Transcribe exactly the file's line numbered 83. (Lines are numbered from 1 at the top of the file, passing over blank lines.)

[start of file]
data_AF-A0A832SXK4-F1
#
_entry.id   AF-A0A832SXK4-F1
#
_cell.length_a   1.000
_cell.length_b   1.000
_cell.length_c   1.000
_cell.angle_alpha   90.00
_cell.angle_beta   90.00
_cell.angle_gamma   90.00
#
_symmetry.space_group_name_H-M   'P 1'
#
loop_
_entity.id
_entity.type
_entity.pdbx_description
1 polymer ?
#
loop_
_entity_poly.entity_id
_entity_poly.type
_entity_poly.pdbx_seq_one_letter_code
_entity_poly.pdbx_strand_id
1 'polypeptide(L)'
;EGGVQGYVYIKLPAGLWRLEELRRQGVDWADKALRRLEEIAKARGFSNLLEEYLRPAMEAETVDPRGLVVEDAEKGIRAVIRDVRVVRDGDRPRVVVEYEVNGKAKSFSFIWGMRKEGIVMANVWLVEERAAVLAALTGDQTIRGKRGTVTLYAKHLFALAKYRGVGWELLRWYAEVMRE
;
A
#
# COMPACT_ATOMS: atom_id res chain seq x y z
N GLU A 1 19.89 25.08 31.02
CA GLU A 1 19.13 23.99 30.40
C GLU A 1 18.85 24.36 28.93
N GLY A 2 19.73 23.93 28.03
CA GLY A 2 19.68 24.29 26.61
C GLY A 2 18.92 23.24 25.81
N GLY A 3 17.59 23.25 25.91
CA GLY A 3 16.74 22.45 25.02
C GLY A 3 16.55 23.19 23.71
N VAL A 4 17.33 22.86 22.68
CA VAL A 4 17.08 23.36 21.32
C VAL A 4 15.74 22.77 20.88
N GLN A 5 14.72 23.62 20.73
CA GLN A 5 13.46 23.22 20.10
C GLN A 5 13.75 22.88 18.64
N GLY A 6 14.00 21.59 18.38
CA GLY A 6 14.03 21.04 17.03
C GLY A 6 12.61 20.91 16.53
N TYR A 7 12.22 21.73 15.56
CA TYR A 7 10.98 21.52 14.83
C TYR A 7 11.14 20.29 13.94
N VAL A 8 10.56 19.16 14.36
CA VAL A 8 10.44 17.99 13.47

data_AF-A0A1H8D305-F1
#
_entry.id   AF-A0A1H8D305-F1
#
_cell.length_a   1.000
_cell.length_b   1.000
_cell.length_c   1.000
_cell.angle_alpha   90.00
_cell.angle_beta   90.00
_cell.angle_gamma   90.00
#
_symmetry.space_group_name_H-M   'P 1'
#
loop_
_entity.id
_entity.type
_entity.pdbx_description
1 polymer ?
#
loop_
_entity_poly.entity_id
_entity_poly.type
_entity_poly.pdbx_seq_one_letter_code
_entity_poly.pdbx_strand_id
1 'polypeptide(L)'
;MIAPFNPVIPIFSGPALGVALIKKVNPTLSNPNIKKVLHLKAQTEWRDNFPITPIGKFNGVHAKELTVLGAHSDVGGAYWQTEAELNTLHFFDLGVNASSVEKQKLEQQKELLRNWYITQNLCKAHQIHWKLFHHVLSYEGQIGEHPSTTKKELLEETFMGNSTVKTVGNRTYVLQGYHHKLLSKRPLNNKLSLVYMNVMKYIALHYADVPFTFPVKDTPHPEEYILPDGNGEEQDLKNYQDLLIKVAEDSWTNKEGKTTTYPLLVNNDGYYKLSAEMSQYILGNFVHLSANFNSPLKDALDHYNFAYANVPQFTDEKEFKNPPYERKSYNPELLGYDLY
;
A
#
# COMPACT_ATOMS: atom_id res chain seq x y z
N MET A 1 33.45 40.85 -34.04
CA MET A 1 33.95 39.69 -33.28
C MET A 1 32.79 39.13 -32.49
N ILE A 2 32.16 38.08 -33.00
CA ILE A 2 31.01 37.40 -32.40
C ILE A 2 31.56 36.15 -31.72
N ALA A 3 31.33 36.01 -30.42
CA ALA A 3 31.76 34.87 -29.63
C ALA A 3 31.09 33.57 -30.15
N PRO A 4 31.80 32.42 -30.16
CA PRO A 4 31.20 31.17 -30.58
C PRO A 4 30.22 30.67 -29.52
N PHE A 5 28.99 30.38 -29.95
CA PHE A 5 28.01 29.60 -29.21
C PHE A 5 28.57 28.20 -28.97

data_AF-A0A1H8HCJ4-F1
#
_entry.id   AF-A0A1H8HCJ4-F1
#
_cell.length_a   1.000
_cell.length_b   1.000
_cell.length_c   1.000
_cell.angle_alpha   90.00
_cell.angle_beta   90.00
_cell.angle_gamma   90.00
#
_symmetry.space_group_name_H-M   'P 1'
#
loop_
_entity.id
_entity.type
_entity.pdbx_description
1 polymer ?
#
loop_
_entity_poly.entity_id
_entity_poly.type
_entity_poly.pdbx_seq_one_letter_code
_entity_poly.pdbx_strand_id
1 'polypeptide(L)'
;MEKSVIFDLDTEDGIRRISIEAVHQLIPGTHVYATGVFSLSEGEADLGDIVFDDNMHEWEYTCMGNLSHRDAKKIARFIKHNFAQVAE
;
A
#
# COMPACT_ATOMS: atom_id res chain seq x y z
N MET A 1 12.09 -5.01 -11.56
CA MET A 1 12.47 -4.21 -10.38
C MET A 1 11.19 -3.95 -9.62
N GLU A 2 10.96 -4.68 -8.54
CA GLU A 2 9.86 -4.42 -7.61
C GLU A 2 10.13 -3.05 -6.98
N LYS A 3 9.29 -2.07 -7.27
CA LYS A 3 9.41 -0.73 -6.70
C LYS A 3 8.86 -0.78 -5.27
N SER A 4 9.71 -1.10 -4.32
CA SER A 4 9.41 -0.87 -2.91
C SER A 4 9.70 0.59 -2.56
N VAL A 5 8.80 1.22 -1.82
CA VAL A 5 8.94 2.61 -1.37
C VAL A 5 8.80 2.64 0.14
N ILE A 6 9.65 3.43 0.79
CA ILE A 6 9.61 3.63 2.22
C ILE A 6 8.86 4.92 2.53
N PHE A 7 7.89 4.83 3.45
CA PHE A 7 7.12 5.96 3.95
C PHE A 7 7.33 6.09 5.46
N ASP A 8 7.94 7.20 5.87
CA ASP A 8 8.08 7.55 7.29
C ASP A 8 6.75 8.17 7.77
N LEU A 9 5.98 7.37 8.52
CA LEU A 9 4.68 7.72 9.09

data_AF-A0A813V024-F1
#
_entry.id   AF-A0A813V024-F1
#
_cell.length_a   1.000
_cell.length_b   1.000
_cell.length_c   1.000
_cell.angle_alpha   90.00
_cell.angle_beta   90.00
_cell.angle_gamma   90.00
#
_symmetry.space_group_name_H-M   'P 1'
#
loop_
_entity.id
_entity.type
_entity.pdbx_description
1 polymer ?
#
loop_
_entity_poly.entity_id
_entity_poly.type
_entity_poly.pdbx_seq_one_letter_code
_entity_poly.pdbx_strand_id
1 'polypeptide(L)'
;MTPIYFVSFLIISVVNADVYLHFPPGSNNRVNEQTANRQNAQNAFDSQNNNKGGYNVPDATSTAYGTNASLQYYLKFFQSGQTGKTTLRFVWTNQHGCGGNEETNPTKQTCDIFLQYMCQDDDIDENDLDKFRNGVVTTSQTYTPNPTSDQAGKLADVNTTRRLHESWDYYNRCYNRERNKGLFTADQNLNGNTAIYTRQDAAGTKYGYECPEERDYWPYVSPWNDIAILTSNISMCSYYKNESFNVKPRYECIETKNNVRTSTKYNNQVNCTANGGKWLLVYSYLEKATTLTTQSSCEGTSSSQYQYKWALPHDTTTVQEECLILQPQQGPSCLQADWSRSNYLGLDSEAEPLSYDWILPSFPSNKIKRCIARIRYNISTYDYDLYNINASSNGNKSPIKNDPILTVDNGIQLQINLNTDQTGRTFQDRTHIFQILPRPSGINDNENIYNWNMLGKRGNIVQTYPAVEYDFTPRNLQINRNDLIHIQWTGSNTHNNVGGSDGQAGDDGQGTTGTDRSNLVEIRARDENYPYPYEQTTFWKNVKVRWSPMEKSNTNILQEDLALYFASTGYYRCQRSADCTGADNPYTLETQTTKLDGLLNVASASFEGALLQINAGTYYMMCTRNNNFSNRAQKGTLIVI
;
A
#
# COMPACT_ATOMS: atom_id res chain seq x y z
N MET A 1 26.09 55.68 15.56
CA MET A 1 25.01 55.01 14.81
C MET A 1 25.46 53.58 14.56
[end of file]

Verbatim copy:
# COMPACT_ATOMS: atom_id res chain seq x y z